For years now the folks of Northern Europe have been the leading force in quality crime dramas, with dark settings and chilling mysteries proving immensely popular.
So popular, in fact, that scandi-noir influences are noticeable in shows from all over the world, from the United States’ True Detective to the UK’s The Missing, and even Australia’s very own Mystery Road.
And sure enough, the folks from the Great White North have had a crack, producing the fantastic Cardinal. Not familiar with the series? No matter. Read on, get intrigued, and check out the first two seasons ASAP!
The John Cardinal Mysteries
Cardinal is adapted from the award-winning novels of Giles Blunt (we’ll forgive you if you haven’t heard of him, as his much-deserved success hasn’t quite translated to international fame recognition). He wrote his first book in the John Cardinal series, Forty Words For Sorrow, on which the TV show’s first season is based, in 2000. The third book in the series, Black Fly Season is the basis for the second season.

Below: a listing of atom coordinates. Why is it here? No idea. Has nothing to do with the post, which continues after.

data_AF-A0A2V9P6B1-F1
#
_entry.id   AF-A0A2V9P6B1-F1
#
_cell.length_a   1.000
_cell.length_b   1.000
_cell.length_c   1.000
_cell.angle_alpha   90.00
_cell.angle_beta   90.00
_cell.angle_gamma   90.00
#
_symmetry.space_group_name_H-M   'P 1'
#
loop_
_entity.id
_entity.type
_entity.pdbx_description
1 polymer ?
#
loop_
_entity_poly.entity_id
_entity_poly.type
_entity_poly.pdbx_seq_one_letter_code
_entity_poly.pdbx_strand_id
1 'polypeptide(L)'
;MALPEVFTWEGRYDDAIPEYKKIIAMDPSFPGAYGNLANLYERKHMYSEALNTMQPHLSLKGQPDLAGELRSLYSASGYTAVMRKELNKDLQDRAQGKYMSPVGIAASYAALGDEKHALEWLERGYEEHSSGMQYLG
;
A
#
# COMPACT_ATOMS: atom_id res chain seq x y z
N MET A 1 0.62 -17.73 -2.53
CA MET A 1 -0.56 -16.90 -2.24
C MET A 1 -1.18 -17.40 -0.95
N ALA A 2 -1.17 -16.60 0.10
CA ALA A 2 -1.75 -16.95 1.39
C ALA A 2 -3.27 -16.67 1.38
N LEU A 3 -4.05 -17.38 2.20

Like all great noir stories, the man at the centre of Cardinal is a brooding, laconic cop – John Cardinal. He’s a character who’ll be instantly familiar to fans of the genre. A dark knight with a murky past who buries himself in his work in a desperate, borderline self-destructive search for redemption. But thanks to brilliant scripting, directing and a stellar performance from Billy Campell (best known for his work on the critically acclaimed US adaptation of The Killing) he’s far from cliché, described by The Australian as an “intriguing character carrying a great deal of heartbreak.”
The Setting - Algonquian Bay
Like the quiet North Dakotan & Minnesotan towns in Fargo, or the sleepy cottage-laden coastal village in Broadchurch, the fictional Algonquian Bay is eerily peaceful. Giles Blunt based the town on his real-life childhood home, North Bay, Ontario, on the shore of Lake Nipissing. While the first season was set during the long, dark winter (perhaps the perfect backdrop for a bleak thriller) the second season sees the Canadian north in full bloom. But with the town hemmed by wilderness, it’s still a prime setting for mystery and dread.